The curse of the knowledge

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I have to give credit to the Internet and a few other things for all the knowledge that I have today. But some things have made me think more, especially when you read and see a lot of things around, is when you start realizing more. Recently, I came across Scott Anthony’s article How Knowledge […]

I have to give credit to the Internet and a few other things for all the knowledge that I have today. But some things have made me think more, especially when you read and see a lot of things around, is when you start realizing more. Recently, I came across Scott Anthony’s article How Knowledge Can Hurt Innovation on Harvard Business Publishing, in which he refers to the Chip and Dan Heath’s 2007 book Made to Stick. He talks about a basic problem:
“People who have deep knowledge about a topic sometimes assume other people have that same knowledge.”
With the kind of things I am seeing, reading and feeling in the recent past, I am somehow coming to a conclusion that YES the above statement does make sense. And I think the above issue has fairly serious consequences (more than just a few people calling you a geek for all your deep knowledge :-))
There are two things to it: 1) the assumption itself that other people have the same knowledge, which can lead to issues and 2) the assumption leading to a sense of “getting carried away” and losing focus. In Scott’s above article, he has listed a couple of examples, with the first one sending the message out very crisp. However, I would like emphasize the importance in my second point as well.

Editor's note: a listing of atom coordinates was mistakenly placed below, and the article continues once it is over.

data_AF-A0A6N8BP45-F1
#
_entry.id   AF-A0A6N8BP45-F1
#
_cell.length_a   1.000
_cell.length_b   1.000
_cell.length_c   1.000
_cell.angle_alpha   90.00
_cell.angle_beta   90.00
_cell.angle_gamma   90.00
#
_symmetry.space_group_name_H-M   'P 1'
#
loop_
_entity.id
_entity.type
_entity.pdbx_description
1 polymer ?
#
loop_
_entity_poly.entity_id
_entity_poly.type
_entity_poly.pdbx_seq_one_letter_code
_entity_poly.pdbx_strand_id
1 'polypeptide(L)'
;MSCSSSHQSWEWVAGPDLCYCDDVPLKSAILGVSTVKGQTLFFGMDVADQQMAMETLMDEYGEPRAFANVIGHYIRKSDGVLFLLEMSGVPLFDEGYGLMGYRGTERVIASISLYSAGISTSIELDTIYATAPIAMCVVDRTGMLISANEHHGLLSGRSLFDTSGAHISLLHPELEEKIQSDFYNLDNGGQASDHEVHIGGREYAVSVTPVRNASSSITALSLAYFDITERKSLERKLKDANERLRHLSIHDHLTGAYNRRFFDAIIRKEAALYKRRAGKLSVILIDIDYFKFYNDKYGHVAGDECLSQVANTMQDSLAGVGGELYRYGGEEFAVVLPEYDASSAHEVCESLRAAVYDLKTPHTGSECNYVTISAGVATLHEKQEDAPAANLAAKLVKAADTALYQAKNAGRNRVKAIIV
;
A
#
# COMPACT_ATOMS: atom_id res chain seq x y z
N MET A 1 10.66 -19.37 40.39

In most cases people/organizations turn a blind-eye and end up not realizing what they actually are doing & for whom, and assume that having the deep knowledge is can ensure success. I also feel a lot of people/organizations #fail because, over time they find it hard to understand why they are doing what they are doing; deviating from what their end objective and who their real customers were. They are so deeply involved in their knowledge, core activities and the way of thinking that they actually end-up losing focus of what they had set-out to do.
I might be diverging into another topic of discussion but maybe I will keep that for another post in detail. In conclusion here, I would say: it is always a good idea for everyone to revisit their objectives of existence; refresh goals statements to ensure they continue to align to the end-vision; and in particular not allow the deep knowledge/expertise to let you lose your focus from the path to success. And thus, avoid the curse of knowledge!
P.S.: I have happily borrowed this blog’s title from Scott’s aforementioned article. Thanks Scott!

Nikhil Nulkar is a knowledge management consultant within Capgemini and is passionate about web2.0, specifically in enterprise2.0 & social media. Want to know what he is up to? Follow him on Twitter

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